And we know what happened. The Marlins deal in November, the R.A. Dickey deal in December, and before that in October moving Yan Gomes who would emerge as a very good catcher. And then they fell completely flat on their face in 2013.

While all those trades ended up looking horrible in terms of value in short order, and losing some excellent prospects was a huge setback, that was only the half of it. In taking on so many contracts, Anthopoulos locked most of it his payroll in for the next three years, which drastically limited his ability to recover from the 2013 catastrophe.

In fact, it became apparent that the 2014 budget was essentially fully spent in late-2012, and there was no money for upgrades in the 2013-14 offseason, save for trying rob Peter to pay Paul by deferring money into the future to sign Ervin Santana. Nor for badly needed in-season upgrades when there some good opportunities available. And when the 2014-15 offseason came, it turned out there wasn't much room either. Anthopoulos probably figured on success bringing higher budgets—but as Warren Buffett famously said, "Only when the tide goes out do you discover who's been swimming naked". The tide went out and the emperor definitely had no clothes.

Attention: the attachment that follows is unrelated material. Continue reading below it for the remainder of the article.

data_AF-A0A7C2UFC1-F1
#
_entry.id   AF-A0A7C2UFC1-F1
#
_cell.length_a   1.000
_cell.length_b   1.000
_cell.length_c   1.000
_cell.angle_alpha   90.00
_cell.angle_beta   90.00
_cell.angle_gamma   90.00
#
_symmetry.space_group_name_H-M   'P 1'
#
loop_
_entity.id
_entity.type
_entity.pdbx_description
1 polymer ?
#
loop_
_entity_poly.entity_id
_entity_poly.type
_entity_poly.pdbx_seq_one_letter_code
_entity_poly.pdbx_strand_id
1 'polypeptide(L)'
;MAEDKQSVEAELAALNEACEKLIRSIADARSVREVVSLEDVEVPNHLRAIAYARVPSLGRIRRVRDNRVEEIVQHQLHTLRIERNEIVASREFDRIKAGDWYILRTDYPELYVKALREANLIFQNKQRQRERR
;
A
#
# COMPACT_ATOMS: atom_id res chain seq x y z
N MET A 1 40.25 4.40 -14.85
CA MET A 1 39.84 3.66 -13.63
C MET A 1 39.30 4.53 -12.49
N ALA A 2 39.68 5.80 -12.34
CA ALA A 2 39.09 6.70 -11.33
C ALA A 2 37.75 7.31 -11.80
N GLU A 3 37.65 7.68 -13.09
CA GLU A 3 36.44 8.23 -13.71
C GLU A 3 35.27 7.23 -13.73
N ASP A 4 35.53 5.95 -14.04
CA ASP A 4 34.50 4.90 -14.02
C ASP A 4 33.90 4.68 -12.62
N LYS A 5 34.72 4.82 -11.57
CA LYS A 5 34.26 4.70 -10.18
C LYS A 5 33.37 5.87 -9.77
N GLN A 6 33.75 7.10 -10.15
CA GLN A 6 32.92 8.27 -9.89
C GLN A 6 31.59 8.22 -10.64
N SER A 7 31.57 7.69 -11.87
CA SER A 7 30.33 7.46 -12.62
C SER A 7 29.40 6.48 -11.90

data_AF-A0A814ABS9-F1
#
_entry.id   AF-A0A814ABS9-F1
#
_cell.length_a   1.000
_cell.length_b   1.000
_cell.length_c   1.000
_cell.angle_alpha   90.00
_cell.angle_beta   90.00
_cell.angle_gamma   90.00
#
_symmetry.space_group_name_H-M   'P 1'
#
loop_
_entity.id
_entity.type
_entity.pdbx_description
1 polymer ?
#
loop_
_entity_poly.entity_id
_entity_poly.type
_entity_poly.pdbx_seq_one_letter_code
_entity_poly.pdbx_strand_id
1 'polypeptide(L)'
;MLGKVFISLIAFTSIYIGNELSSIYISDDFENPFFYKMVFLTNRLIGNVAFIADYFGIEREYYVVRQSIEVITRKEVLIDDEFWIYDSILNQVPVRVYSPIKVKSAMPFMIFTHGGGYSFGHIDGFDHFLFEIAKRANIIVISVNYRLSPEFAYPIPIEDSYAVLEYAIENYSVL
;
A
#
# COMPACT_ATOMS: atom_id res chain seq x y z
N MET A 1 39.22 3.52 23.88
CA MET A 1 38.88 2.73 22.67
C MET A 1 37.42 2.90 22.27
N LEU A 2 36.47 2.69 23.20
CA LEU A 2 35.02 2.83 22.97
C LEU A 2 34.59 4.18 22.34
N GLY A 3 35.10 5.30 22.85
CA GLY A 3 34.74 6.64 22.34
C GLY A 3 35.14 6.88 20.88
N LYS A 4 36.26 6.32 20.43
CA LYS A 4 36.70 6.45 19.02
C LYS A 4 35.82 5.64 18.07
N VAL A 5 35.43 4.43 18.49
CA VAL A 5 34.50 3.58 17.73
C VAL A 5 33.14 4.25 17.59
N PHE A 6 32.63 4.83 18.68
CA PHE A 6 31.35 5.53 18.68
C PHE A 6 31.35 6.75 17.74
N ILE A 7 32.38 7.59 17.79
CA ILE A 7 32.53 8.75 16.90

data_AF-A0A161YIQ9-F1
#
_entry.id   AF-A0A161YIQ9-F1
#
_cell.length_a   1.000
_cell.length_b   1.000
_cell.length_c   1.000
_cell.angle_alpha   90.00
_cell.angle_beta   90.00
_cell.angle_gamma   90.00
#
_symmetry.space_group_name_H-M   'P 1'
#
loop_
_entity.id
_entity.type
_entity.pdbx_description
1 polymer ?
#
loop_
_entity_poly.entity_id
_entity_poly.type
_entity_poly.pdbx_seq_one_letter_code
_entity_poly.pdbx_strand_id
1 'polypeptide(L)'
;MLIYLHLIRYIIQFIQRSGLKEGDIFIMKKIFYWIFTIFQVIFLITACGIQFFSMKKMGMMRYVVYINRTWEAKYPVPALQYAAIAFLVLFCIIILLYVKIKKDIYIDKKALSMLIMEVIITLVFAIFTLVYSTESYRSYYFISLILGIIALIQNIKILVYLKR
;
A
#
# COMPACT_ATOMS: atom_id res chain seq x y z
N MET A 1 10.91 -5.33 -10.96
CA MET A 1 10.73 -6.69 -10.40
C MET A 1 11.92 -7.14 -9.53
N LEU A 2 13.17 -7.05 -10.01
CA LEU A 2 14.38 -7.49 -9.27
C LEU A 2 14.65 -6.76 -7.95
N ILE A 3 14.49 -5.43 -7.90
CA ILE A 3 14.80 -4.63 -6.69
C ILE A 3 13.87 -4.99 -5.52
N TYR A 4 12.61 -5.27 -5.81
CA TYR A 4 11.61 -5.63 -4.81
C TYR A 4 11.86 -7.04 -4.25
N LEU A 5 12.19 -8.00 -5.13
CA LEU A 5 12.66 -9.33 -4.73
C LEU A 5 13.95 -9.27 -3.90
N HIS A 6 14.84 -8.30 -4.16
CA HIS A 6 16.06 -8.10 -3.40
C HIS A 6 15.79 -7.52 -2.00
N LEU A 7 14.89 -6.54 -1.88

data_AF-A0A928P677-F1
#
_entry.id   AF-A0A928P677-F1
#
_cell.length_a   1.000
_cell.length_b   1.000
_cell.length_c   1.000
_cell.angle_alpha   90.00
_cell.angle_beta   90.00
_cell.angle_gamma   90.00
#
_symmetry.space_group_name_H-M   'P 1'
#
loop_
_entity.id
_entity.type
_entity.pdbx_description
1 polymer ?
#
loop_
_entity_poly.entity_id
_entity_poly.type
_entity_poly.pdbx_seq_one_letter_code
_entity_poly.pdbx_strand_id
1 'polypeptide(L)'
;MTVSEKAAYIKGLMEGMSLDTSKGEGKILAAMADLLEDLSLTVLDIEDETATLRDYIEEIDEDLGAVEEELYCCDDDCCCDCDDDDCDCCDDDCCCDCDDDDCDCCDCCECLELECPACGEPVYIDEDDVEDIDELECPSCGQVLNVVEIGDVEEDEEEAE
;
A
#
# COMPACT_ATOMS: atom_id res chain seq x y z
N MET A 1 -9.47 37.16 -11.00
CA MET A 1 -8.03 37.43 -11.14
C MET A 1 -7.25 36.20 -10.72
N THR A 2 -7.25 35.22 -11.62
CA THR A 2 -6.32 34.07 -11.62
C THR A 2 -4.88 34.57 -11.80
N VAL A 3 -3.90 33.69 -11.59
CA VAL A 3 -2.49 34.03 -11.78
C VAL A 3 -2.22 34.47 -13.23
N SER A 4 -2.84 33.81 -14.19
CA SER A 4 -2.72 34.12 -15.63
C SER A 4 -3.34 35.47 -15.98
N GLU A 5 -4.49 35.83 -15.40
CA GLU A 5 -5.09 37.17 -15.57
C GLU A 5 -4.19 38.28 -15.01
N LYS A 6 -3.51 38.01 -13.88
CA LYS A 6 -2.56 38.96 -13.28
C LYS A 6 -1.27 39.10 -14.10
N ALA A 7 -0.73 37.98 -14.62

The moves of these three months were unmitigated strategic failures with lasting consequences, and largely set the stage for 2015. When all is said and done, and value lost will probably total $200- to $300-million. And that's without considering the opportunity cost of having locked up so much salary room for three years.

4. November 2014: Retooling the roster